The “341” Hearing With Your Atlanta Bankruptcy Lawyer
For most debtors, this is the only time you will actually have to make a trip to the court. Your “341” meeting, or meeting of creditors, is the primary source of apprehension for most o my clients. But don’t worry. The meeting is quite simple, and I will be there with you every step of the way. It will be held approximately four to six weeks after I file your case. There will be no judge at the hearing. Your bankruptcy Trustee (both in a Chapter 7 case and a Chapter 13 case) will preside over the hearing. You will be asked to swear or affirm to tell the truth and will testify under penalty of perjury. In the Meeting of Creditors, or “MOC”, the Chapter 7 or Chapter 13 Trustee will ask you a series of questions related to your bankruptcy schedules. The Trustee’s job is to ask you a series of questions to verify the truthfulness of your petition. And because these statements are made under penalty of perjury, I always encourage clients to never hide or disclose anything from me or the trustee prior to filing.
Will Creditors Show Up?
Ok, so you may have noticed that the 341 hearing is officially titled the Meeting of Creditors. When I file your bankruptcy petition, all the creditors listed on your schedules will receive a notice of your filing from the bankruptcy court. The notice will tell them when, where, and what time the 341 meeting will take place. At the meeting in Atlanta (or Newnan, Gainesville or Rome), creditors will have the option of showing up to ask you questions about your bankruptcy paperwork. But the reality is that most creditors never show up. In fact, 99% of the time, no one shows up for your meeting. And even if they do, have no fear; the creditor cannot take any action at the 341 hearing to delay or dismiss your bankruptcy.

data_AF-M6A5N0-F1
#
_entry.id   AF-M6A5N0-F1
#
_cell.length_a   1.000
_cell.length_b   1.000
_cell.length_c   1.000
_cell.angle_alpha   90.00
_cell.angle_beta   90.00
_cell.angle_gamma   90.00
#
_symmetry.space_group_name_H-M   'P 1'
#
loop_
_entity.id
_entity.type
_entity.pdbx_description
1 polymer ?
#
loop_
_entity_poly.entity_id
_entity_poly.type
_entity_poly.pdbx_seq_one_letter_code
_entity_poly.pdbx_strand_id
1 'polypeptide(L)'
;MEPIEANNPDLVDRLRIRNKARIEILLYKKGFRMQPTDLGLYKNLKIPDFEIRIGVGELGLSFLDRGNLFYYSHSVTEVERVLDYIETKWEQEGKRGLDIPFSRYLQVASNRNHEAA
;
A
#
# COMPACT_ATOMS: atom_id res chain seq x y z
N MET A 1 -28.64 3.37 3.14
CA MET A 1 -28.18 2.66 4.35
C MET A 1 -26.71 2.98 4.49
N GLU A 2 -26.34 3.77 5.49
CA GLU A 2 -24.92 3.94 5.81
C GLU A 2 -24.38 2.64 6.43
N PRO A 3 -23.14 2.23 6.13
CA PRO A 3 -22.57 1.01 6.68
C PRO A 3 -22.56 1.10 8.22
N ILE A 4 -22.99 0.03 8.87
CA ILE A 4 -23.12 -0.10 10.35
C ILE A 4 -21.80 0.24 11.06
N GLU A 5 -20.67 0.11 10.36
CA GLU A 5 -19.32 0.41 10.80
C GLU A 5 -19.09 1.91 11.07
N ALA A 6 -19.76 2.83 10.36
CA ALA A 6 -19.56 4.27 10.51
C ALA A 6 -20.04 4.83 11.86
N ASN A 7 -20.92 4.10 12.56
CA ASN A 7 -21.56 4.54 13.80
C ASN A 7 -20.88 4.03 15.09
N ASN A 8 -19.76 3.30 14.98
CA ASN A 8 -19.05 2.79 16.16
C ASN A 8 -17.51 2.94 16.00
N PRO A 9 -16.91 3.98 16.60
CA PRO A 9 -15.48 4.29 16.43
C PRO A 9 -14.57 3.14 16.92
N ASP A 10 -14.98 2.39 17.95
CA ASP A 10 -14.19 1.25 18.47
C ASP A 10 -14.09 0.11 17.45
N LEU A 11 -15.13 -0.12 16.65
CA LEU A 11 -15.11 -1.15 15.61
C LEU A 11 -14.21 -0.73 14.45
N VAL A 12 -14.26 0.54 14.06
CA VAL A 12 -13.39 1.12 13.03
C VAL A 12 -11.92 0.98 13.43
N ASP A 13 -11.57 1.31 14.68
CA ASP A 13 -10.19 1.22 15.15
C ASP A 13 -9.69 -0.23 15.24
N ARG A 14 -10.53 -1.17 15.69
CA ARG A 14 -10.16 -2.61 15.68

So Who Will Be There?
Along with a few other debtors waiting for their case to be called, your bankruptcy attorney, you, and the trustee will be the only people sitting at the table during the meeting.
Questions the Trustee Will Ask
1. Did you sign the petition, schedules, statements and related documents and is the signature your own? Did you read the petition, schedules, statements, and related documents before you signed them?
2. Who help you prepare your bankruptcy paperwork?
3. Are you personally familiar with the information contained in the petition, schedules , statements and related documents? To the best of your knowledge, is the information contained in the petition, schedules, statements, and related documents true and correct? Are there any errors or omissions to bring to my attention at this time?
4. Did you read and sign these papers before they were filed in Court? Have you read the Bankruptcy Information Sheet prepared by the U.S. Trustee prior to today’s hearing?
5. Have you transferred any property to an insider (family, friend, or business partner) within the last year?
6. Do you expect to inherit any money in the near future? Do you possess a winning lottery ticket (not kidding)?
7. Have you ever filed bankruptcy before?
8. Do you have a domestic support obligation (child support, alimony)?